Far out in the uncharted backwaters of the unfashionable end of BBC Online lies a gem of a website.
In 2001, the BBC acquired h2g2, then a precocious two-year-old website. BBC execs actually acquired more than the innovated software with which they jump-started BBC Online. Along with the software package came an opinionated online community and its product, that is, online content. Fact, fiction, prose, poetry, debates, photos, recipes and travelogues; the BBC got it all.
Almost ten years later to the day, the BBC announced that, as part of a cunning plan to do "fewer things better", h2g2 would be "disposed of".
BBC executives must perceive some value in the diamond that is h2g2, because they want to find a buyer. Ultimately the BBC's h2g2 is a corporate product to be sold.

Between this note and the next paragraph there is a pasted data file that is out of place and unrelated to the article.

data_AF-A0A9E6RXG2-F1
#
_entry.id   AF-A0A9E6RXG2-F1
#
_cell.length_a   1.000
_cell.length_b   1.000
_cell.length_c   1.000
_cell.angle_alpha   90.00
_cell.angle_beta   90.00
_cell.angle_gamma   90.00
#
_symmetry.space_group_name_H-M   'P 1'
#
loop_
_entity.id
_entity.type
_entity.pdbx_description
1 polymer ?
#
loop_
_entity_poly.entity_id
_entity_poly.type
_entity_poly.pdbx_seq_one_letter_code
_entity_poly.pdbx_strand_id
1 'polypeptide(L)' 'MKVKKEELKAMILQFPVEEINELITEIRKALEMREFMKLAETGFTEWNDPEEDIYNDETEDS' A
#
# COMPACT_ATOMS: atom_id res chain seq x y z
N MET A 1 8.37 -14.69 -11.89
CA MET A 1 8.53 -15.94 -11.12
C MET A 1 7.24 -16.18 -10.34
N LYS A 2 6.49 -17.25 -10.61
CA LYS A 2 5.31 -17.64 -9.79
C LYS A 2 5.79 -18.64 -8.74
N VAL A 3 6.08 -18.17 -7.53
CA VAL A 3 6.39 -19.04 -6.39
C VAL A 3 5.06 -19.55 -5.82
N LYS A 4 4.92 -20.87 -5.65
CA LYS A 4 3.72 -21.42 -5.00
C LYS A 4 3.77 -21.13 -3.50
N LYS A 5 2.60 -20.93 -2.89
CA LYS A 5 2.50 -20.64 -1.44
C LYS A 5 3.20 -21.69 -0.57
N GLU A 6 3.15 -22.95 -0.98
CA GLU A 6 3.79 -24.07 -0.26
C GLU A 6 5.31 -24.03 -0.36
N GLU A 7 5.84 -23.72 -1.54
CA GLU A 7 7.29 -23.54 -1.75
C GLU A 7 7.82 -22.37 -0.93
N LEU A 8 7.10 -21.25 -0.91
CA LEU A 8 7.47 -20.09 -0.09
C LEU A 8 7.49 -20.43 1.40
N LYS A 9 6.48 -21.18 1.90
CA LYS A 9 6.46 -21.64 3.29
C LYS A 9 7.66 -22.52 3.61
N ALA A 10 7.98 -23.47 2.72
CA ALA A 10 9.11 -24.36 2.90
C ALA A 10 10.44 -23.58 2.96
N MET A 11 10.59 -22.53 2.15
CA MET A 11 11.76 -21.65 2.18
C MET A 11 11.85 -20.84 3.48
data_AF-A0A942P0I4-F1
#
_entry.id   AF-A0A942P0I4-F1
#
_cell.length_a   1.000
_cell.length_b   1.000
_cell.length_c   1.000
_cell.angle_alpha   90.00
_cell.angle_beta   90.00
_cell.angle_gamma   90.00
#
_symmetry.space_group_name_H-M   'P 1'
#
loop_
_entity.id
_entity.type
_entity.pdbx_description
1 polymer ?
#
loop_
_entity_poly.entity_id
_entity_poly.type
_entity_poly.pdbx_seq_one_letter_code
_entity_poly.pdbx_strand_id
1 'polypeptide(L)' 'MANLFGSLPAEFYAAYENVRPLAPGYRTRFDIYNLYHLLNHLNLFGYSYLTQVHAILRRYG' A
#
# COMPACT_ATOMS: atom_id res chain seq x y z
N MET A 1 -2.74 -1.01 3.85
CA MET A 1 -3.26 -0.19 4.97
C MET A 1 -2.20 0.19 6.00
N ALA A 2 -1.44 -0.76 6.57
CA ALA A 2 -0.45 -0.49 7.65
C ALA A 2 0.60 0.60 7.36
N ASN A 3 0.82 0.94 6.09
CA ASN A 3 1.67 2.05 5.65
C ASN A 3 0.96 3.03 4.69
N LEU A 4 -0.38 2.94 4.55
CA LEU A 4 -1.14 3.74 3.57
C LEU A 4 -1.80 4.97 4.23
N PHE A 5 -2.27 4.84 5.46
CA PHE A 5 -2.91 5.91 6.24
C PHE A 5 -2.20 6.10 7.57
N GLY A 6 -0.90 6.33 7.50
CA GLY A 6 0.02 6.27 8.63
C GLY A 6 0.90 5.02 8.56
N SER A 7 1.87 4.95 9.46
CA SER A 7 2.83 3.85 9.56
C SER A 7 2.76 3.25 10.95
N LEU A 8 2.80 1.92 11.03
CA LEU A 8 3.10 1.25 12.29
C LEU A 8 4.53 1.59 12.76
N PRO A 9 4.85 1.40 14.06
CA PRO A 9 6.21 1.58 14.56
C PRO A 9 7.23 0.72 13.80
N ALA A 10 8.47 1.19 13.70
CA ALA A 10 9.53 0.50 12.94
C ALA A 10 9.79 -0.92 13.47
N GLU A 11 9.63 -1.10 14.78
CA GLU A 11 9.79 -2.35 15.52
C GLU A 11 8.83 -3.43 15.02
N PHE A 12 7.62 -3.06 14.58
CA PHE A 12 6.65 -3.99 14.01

Our h2g2 is a sprawling universe, a well-stocked library, a literary magazine, a place to hone writing skills, a salon in which to discuss ideas and events, and a cozy pub. Cool, smart, articulate people live in our h2g2.
Since the BBC's January 24 announcement, our h2g2 has been a beehive of activity. Within two hours of the BBC's announcement, the h2g2 Community Consortium (h2g2c2) formed to ensure the survival of the site and its community. Less than a week later, h2g2c2 has over 200 members. Most are current or former contributing members, but some are h2g2 enthusiasts who have never logged on.
That's right, BBC execs. Your h2g2 is an asset with a price tag. Our h2g2 is a community of writers, readers, and fans.